Northern Ireland introduced a national redress scheme for survivors of historical child sexual abuse in 2019 through the introduction of The Historical Institutional Abuse (Northern Ireland) Act 2019.
The Act followed The Historical Institutional Abuse Inquiry which closed in June 2017 after 223 days of hearings. The Inquiry investigated 22 institutions in Northern Ireland, the circumstances surrounding the sending of child migrants from Northern Ireland to Australia and the activities of the late Father Brendan Smyth.
The inquiry covered the abuse of children under 18 who lived in children’s homes, borstals, training schools, juvenile justice centres, hospitals and orphanages between 1922 and 1995 in Northern Ireland.
In the final report, the inquiry made a number of recommendations including service provision and specialist care for people who had been abused, a statutory commissioner for survivors of institutional childhood abuse, annual grant funding for the Child Migrants Trust and financial compensation to be administered by a redress board.
The Historical Institutional Abuse (Northern Ireland) Act 2019 provides the legal framework for the establishment of the Historical Institutional Abuse Redress Board.
“The Redress Board is responsible for receiving and processing applications for compensation from those who experienced abuse in residential institutions in Northern Ireland between 1922 and 1995,” the Board states.
A three-person panel consider applications submitted by paper. The panel consists of a judicial member, who chairs the panel, and two non-judicial members from a health and social care background.
The Redress Board is a ‘body corporate’ and operates independently from the Department of Justice and the Executive Office although TEO carries out the administration functions of the board.
On 15 November 2019, the Honourable Mr Justice Colton was appointed as President elect and the Redress Board was established on 31 March 2020. On 8 January 2021, the Lord Chief Justice announced that the Honourable Mr Justice Huddleston had been appointed as President and would take up the role with immediate effect.
The Historical Institutional Abuse (Northern Ireland) Act 2019 sets out the amounts of compensation that the Redress Board can award which are:
- A standard award payment of £10,000 only;
- An enhanced award payment of between £10,001 and £80,000; and
- An amount of £20,000 if the application is made by or in respect of a person who was sent to Australia under the Child Migrant Programme.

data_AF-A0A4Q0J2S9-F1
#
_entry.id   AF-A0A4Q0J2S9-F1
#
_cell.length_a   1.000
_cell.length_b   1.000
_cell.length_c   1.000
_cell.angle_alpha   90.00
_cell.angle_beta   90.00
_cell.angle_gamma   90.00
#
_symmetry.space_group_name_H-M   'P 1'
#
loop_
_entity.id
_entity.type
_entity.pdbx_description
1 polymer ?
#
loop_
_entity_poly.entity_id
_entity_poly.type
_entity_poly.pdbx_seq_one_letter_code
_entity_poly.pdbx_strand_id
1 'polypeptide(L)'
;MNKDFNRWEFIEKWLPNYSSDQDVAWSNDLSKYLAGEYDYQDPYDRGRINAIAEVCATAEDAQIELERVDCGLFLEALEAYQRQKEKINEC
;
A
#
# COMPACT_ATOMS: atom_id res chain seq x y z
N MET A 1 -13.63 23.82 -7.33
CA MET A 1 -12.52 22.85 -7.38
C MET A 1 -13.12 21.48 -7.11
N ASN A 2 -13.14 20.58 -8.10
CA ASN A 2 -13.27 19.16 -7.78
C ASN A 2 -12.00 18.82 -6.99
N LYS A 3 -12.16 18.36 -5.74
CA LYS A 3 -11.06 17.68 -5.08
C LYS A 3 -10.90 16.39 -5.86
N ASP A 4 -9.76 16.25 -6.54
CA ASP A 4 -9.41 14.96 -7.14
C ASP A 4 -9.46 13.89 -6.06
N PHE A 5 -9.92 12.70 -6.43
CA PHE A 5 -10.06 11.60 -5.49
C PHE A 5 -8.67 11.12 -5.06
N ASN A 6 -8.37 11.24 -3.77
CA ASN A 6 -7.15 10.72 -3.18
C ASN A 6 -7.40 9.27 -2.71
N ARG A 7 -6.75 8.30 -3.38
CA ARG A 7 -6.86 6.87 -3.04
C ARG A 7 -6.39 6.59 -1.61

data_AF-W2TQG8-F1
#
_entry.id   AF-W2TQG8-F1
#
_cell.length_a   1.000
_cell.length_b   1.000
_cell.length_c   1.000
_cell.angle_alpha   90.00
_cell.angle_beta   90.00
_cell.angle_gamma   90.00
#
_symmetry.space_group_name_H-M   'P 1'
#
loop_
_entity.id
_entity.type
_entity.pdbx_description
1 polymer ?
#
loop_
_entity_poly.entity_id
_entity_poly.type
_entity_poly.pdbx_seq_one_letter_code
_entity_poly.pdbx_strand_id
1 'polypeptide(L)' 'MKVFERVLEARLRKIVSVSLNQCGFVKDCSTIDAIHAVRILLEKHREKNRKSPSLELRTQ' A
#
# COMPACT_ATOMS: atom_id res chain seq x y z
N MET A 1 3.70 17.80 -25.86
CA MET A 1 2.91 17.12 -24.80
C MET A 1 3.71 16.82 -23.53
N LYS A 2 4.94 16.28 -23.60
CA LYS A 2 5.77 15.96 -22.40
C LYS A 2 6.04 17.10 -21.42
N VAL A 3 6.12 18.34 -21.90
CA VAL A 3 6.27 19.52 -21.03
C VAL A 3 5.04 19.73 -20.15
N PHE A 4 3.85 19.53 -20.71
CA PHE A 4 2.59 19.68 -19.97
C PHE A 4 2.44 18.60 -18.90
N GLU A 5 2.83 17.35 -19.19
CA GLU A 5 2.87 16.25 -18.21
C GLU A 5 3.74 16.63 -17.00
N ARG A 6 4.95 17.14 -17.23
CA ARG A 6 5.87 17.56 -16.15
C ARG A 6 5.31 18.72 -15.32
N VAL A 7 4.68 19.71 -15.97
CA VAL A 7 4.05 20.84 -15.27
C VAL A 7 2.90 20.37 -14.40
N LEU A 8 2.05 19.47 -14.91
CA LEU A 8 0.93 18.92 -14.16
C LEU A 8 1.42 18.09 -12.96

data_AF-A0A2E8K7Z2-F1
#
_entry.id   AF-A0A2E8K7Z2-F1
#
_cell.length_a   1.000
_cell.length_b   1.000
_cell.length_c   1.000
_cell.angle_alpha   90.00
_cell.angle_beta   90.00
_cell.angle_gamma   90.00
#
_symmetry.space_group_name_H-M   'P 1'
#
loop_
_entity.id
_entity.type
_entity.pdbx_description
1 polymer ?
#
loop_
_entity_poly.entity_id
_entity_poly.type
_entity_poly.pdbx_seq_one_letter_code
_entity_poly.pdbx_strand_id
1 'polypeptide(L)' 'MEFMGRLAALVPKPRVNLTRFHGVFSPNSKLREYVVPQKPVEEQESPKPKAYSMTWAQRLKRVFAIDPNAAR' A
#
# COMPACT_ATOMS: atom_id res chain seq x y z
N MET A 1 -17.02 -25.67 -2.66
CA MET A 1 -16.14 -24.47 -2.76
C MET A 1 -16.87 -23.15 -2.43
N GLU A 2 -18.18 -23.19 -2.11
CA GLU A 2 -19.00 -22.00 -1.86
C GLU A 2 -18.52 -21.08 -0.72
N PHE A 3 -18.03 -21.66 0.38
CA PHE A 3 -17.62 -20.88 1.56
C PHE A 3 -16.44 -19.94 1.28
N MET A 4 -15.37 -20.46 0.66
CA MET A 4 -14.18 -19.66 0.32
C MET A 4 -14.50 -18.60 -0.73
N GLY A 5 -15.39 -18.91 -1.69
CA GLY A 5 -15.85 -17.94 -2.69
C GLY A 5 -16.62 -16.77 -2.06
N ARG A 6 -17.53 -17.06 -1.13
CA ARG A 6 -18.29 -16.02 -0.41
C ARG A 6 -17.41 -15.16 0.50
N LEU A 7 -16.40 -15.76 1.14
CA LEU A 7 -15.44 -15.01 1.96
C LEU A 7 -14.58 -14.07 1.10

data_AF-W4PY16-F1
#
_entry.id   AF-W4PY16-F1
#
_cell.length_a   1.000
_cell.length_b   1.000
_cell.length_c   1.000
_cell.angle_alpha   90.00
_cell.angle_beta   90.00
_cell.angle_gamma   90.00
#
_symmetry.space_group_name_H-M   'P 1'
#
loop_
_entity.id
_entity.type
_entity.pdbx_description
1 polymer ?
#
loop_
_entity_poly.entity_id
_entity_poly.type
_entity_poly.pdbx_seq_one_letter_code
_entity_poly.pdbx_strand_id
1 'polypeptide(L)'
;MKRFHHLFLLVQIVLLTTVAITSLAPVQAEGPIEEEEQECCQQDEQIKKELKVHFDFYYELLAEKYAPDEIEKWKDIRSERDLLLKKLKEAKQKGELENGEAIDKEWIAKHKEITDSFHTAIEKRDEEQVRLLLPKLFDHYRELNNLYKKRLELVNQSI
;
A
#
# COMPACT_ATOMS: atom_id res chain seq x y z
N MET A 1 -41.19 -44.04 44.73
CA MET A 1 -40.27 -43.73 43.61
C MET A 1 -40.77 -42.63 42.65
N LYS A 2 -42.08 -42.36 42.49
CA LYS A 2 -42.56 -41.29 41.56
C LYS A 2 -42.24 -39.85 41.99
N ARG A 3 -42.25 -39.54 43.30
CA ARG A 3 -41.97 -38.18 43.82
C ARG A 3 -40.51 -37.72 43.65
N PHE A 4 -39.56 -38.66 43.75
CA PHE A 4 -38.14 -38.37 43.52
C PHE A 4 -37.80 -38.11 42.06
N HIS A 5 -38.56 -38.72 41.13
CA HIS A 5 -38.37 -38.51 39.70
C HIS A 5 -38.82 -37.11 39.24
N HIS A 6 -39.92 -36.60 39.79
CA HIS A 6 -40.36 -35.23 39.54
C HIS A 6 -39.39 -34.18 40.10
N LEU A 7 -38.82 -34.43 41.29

Victims and survivors can apply for redress if they suffered abuse while a child and resident in an institution in Northern Ireland between 1922 and 1995 and/or were sent to Australia under the Child Migrant Programme.
Individuals can apply on behalf of someone who died on, or after, 28 April 1953 if they are the deceased persons surviving spouse, civil partner, cohabiting partner or surviving child.
First Minister Arlene Foster and deputy First Minister Michelle O’Neill announced the appointment of Fiona Ryan as Commissioner for Survivors of Institutional Childhood Abuse in October 2020 and she took up the five-year post on 14 December.
The main aim of the COSICA in exercising functions under the Act is to promote the interests of any person who suffered abuse while a child and while resident in an institution at some time between 1922 and 1995.
Fiona Ryan was previously the Chief Executive of Sonas Domestic Violence Charity, the largest provider of frontline support services to women and child victims of domestic abuse in Ireland.
In October, the deputy first minister also confirmed that 579 applications to the redress board for payments had been made since it opened in March. Last month, speaking for the first time since taking up the role, Fiona Ryan confirmed that more than £5m had been paid out to applicants since March.
Interim Victims' Advocate Brendan McAllister came under fire last year when a monthly newsletter was sent out without the names of victims of abuse being anonymised. Some of the individuals whose identities were revealed had been part of the Historical Institutional Abuse (HIA) Inquiry and had chosen to remain anonymous. The email was signed by a staff member but sent on behalf of Interim Victims' Advocate Brendan McAllister, who apologised for the breach and said steps were being taken to investigate how it occurred.